If you’ve ever felt anxious at a funeral, you’re not alone. There are many different reasons why people might feel stressed or nervous in the lead up to the funeral of a loved one, friend or acquaintance.
Necrophobia is a specific phobia of death, or things associated with it, such as funerals, coffins and graveyards. Most of the time, however, our worries and nerves are linked to other things such as social anxiety or difficulty expressing emotion. It’s important to remember that anxiety is among the many emotional and physical symptoms of grief, and nothing to be ashamed of.
Why do I feel anxious about funerals?
Any one of the below reasons could apply to you. By understanding what it is that is making you feel anxious, you can find ways to help yourself feel better.
The feeling of sadness: Attending a funeral is like facing your grief head-on. Whether it takes place days or weeks after the person has passed away, it is always on your mind as you move through the early stages of the grieving process. You may feel anxious about being surrounded by sadness and mourning on the day and worry how you’ll cope. Or you may be concerned about feeling awkward around other people’s sadness and not knowing how to react to them.
Fear of death: You may be worried about specific elements of the funeral, such as an open coffin (not particularly common in the UK) or the coffin being lowered into the ground or taken to the crematorium.
Public speaking: If you have been asked to do a reading at a funeral, or are putting pressure on yourself to read the eulogy, then your stress levels might be quite high. Funerals can (in normal times) have hundreds of mourners, so it’s no mean feat if you’re not a confident speaker.
Social anxieties: They say some families only meet up for weddings and funerals, so it’s possible people you haven’t seen for quite some years will be at the funeral. Knowing how to approach them, what to say and how to keep the conversation going can all be reasonable fears after time apart.
Fear of regret: Of course there’s also the worry that we avoid things to reduce anxiety on the day and then regret it later. Many people choose not to speak at a loved one’s funeral and then wish they had a few months down the line. Try not to be hard on yourself and never feel that you are letting anyone down.
Saying goodbye (again): If someone’s death has been quite long due to illness, or you’ve had to wait a long time for the funeral, it can feel like you’re saying goodbye all over again. Attending the funeral can feel like digging up lots of emotion for a second time.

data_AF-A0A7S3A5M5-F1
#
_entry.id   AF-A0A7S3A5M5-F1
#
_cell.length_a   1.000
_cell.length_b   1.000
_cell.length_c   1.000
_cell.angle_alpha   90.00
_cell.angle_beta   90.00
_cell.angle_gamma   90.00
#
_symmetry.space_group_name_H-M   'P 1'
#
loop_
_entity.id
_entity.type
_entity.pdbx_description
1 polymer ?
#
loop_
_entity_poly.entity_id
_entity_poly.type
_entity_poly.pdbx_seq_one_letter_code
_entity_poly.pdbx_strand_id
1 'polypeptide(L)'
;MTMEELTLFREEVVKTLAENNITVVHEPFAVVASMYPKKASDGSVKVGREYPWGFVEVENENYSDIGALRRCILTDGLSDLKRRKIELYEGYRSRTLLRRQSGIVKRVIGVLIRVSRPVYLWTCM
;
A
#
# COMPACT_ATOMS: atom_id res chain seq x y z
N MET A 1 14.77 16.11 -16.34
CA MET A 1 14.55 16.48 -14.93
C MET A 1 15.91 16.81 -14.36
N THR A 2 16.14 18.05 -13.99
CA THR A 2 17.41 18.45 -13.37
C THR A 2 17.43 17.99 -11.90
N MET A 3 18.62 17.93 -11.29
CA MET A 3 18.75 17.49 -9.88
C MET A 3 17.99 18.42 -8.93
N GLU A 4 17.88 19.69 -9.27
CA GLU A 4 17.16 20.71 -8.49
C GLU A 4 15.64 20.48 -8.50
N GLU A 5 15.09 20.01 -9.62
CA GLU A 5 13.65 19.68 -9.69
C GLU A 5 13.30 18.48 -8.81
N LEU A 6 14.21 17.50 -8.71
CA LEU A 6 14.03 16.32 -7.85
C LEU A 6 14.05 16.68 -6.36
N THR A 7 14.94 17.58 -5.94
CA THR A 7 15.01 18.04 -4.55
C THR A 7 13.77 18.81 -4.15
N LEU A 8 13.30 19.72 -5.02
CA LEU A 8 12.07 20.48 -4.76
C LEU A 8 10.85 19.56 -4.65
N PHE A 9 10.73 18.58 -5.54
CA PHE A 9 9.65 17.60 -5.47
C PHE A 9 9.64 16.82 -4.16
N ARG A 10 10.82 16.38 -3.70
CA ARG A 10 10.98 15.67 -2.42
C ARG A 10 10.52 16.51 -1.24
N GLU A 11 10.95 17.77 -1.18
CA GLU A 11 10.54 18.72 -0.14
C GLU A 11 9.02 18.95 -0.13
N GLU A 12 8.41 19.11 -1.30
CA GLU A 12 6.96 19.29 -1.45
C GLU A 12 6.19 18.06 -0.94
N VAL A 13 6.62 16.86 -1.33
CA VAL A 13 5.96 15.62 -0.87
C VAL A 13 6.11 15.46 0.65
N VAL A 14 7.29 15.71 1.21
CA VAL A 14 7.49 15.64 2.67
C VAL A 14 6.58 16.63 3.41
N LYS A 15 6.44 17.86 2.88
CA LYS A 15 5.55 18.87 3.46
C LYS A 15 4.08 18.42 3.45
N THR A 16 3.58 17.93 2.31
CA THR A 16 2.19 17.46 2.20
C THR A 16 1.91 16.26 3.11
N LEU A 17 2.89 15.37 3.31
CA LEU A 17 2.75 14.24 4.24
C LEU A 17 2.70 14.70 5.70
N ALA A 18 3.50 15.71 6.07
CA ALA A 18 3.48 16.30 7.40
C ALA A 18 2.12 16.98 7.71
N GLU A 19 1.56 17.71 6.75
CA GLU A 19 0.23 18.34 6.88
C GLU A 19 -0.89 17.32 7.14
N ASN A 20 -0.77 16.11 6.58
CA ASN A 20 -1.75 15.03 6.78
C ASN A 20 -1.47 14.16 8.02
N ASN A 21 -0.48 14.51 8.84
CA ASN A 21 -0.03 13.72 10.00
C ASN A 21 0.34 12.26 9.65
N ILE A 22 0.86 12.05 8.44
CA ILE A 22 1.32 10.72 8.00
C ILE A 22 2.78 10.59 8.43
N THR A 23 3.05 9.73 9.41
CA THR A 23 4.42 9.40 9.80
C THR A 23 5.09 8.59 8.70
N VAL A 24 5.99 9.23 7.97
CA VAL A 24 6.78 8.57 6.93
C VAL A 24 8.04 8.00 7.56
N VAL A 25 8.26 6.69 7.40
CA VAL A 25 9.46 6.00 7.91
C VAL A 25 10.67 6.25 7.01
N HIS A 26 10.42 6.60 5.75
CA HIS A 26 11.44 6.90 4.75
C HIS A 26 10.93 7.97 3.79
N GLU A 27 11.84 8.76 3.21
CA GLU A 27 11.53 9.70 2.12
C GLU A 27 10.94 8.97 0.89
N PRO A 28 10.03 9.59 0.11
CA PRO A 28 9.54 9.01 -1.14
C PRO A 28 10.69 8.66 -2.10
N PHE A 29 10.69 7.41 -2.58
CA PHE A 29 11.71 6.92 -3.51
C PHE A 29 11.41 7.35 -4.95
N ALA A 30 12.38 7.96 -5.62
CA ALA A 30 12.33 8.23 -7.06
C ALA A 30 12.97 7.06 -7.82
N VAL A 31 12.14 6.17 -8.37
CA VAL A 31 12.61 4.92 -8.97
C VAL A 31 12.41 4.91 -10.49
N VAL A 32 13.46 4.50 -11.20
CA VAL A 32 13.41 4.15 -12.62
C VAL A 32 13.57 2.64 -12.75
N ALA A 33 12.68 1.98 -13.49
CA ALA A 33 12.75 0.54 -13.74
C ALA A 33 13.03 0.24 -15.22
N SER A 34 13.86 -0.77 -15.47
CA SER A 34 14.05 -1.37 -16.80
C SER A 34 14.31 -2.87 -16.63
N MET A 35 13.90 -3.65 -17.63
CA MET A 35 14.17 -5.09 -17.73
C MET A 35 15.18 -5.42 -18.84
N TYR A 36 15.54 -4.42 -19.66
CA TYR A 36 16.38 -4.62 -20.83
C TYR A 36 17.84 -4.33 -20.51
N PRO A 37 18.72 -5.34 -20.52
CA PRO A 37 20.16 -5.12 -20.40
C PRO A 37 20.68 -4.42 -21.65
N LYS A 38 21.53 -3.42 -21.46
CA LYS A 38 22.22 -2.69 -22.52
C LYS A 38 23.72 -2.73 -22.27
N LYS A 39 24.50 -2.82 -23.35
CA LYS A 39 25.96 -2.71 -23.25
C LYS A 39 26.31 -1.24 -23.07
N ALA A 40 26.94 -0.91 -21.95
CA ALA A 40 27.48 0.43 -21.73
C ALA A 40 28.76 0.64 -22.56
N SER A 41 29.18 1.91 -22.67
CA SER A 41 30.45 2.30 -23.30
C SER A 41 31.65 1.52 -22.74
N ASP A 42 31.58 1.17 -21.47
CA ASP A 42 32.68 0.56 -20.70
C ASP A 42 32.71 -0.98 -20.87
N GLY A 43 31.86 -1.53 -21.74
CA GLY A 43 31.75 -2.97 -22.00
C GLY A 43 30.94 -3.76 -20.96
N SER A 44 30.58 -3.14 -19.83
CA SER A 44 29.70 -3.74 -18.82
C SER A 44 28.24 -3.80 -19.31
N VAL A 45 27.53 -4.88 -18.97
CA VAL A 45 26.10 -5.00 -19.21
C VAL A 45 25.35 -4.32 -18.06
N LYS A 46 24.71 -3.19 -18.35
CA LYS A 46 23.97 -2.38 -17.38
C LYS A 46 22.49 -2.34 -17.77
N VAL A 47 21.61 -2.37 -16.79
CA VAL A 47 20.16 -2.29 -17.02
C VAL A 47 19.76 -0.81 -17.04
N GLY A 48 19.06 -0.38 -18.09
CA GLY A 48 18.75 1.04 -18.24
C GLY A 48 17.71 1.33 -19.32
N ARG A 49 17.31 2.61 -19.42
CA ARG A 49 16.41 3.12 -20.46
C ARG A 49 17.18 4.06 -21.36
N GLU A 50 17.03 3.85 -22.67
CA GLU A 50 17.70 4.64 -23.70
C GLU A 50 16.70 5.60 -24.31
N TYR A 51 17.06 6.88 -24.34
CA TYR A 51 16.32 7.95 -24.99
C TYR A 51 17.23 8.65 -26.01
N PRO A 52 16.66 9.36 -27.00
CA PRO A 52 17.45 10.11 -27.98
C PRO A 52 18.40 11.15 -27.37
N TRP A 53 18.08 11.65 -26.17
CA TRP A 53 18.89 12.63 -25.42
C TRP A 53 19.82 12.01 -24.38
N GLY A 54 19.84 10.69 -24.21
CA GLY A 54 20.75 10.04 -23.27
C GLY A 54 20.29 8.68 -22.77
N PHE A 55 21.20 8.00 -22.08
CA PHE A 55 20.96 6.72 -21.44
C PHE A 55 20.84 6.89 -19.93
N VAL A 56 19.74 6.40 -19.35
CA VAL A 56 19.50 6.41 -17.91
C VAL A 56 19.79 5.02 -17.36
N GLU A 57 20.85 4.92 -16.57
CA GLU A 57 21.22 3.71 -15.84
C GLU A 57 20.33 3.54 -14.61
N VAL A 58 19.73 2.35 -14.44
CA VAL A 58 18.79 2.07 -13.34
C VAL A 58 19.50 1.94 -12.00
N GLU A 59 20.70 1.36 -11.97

Ways to cope with funeral anxiety
If any of the above sound familiar to you then there are things you can do to help combat the anxiety.
First off it may help to remember that everyone at the funeral is in the same boat, and many will probably have similar emotions and concerns. This also means that they’re going to be preoccupied with their own grief and not, as your anxieties may lead you to believe, focused on others’ and how they’re coping with the day.
Here are some simple steps to stop your anxiety taking over:
- Find someone to support you – Having a shoulder to cry on really does do the world of good. Try and sit with someone who you can share your feelings with and let them help support you through the day.
- Don’t pile the pressure on – Even if you have a role on the day, such as reading the eulogy or a pallbearer, remember that it’s OK not to be OK. Everyone will completely understand if you have a few tears, or need to pause for a bit to collect your thoughts.
- Break the day down in your mind – If you’re struggling to see through all the ‘brain fog’ then think through what the day might look like in your head and see yourself moving through each of the parts. If you notice something feels particularly uncomfortable then pause for a bit until you feel calmer about the situation. This will help to have a clearer mind and make your anxieties feel more manageable.
- Look after yourself – Practice mindfulness techniques to help you soothe your thoughts and breathing. Run a hot bath or light a candle and try and relieve the stress and tension you have been feeling.
- Do what works for you – There’s no ‘one size fits all’ here. Do what you need to do to understand and accept your feelings and find coping strategies that work for you.
You needn’t let nerves and fear stop you from paying your respects or saying goodbye to someone who’s played an important part in your life. Open up to people, talk about your anxiety and let them help you find ways to cope.